On a drive along the southern coast in Connecticut, I stumbled upon Fort Nathan Hale Park, a place that I had never visited before. It is a 20-acre historical park located on the east shore of New Haven Harbor in the city of New Haven. The park was built in honor of Nathan Hale (June 6, 1755 – September 22, 1776), an American soldier and spy for the Continental Army during the American Revolutionary War. He volunteered for an intelligence-gathering mission in New York City but was captured by the British and executed. His last words before being hanged were reported to be, "I only regret that I have but one life to lose for my country." Hale has long been considered an American hero and, in 1985, he was officially designated the state hero of Connecticut.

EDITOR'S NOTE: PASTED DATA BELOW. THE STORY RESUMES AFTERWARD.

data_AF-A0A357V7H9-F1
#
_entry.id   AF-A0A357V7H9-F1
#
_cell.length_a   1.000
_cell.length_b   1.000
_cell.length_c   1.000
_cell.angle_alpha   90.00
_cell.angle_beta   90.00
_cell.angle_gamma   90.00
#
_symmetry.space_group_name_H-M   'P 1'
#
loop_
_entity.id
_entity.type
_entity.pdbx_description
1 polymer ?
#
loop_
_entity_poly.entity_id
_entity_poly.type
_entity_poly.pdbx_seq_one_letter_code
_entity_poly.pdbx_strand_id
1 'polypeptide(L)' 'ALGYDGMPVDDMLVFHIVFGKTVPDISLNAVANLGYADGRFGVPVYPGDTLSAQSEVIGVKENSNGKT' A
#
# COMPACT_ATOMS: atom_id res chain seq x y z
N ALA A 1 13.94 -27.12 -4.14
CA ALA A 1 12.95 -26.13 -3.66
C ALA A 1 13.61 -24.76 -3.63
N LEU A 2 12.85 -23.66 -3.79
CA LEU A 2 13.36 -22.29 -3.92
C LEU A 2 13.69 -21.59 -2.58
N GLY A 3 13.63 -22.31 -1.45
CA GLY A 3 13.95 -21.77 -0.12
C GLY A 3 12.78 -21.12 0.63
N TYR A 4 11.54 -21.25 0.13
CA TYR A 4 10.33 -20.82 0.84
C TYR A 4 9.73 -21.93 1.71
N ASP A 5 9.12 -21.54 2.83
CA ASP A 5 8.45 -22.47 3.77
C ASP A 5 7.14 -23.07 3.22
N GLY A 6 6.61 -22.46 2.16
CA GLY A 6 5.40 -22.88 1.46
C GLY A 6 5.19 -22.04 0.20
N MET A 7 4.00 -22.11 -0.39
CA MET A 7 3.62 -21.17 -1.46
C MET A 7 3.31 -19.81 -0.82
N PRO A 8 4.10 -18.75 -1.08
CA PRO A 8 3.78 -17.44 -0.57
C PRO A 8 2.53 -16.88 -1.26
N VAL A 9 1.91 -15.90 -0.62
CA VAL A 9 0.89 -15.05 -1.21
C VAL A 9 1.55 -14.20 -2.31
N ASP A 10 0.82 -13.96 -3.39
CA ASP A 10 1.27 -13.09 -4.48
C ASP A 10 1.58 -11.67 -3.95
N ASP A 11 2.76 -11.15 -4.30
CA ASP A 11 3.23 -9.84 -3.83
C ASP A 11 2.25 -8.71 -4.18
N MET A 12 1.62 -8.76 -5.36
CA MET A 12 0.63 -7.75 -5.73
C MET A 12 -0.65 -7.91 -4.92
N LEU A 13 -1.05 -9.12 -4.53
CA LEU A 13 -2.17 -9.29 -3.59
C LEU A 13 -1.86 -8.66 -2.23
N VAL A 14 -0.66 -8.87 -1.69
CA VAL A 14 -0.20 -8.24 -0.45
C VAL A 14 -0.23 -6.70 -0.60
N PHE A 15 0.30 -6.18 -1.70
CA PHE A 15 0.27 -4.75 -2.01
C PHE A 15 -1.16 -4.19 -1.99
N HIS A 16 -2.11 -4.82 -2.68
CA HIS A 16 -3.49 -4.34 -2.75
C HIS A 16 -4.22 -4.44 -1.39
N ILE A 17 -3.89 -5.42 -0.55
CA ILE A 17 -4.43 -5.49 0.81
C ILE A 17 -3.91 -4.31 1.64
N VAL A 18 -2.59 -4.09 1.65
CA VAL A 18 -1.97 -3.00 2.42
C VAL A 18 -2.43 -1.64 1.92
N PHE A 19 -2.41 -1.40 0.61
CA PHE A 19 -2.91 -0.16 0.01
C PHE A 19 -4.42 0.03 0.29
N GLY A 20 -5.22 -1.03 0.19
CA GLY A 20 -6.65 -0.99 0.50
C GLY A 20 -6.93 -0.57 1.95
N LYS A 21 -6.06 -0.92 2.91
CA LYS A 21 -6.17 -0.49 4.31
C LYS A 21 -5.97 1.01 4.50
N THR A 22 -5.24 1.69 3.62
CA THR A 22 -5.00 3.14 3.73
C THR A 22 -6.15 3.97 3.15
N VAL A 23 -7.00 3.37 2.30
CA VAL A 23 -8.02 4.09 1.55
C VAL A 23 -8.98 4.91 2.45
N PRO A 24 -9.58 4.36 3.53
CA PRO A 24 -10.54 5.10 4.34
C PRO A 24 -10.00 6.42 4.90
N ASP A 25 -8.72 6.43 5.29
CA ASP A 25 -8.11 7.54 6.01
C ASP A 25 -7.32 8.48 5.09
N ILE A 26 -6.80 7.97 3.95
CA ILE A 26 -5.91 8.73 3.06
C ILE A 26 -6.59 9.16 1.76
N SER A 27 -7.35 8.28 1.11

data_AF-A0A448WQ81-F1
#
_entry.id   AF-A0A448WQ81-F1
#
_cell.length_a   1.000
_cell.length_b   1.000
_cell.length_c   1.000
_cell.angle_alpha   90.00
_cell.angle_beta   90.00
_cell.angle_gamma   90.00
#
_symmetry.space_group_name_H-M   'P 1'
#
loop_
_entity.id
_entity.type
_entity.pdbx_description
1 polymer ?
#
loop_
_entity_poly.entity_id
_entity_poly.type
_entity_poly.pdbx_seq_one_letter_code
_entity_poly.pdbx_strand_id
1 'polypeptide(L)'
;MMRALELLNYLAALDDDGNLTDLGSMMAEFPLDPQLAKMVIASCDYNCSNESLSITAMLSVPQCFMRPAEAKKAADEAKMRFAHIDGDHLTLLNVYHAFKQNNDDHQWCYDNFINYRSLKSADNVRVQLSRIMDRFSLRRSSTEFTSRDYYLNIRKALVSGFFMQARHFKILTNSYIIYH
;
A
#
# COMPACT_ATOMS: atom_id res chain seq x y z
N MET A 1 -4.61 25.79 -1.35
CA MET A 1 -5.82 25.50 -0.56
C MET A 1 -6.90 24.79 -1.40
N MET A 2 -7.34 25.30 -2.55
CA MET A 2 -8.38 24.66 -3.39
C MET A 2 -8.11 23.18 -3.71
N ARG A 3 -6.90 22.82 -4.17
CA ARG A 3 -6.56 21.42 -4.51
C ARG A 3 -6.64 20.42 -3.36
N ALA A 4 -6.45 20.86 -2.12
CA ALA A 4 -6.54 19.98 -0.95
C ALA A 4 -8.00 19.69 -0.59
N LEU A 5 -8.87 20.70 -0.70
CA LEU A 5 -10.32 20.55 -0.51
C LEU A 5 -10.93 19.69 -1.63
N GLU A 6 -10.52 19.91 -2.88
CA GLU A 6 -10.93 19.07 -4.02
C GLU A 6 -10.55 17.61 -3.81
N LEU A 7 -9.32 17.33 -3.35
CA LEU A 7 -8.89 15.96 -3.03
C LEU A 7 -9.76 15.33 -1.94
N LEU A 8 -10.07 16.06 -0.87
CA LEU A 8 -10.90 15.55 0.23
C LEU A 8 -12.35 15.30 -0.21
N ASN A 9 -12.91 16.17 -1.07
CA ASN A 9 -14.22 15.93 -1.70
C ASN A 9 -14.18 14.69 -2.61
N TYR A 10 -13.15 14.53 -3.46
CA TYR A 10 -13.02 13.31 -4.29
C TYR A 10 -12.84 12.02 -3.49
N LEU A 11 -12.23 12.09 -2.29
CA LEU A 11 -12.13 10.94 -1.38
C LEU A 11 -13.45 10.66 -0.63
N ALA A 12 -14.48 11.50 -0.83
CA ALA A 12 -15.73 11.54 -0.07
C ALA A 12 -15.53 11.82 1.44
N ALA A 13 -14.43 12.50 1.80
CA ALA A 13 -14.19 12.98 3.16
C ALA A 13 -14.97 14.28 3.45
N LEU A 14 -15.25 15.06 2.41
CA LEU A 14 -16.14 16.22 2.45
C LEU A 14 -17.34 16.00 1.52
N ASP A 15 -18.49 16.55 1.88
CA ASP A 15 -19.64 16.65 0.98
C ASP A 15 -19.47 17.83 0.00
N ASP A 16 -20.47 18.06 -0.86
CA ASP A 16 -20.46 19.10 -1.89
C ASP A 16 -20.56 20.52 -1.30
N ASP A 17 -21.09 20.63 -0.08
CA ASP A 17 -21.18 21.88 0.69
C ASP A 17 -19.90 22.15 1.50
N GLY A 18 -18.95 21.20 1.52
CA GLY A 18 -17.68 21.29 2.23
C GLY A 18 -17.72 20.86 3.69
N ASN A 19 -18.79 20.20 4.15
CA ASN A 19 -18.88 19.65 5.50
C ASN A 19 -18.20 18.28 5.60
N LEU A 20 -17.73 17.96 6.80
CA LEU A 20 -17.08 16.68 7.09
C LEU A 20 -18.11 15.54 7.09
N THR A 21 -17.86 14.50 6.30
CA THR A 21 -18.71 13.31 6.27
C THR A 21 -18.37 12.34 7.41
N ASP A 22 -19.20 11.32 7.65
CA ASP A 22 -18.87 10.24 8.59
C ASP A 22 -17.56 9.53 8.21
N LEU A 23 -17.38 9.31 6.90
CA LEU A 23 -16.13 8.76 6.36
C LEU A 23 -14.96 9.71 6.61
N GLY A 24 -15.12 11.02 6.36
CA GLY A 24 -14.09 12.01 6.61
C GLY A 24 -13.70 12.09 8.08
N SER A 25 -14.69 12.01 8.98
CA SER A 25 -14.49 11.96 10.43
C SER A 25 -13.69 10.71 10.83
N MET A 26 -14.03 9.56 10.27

The waterfront park offers a harbor setting, a sandy beach, hiking trails, fishing and birdwatching, a pavillion and a statue of Nathan Hale depicting him moments before he was executed. Another impressive sight at the park is the long wooden pier that stretches out into New Haven Harbor....impressive that is until the pier met its match a few years ago.
The rickety remains of Fort Hale Pier after being battered by Superstorm Sandy
The Fort Hale Pier was severely damaged during Superstorm Sandy when it hit the Northeast in October 2012. The massive storm surge from Sandy claimed more than 186 lives and caused $65 billion in damage along the East Coast from Maine to North Carolina. The good news is that the Connecticut State Bonding Commission has approved $1.8 million to repair the pier. I don't know when the restoration is scheduled to begin but it will be great to see it resurrected to its former glory.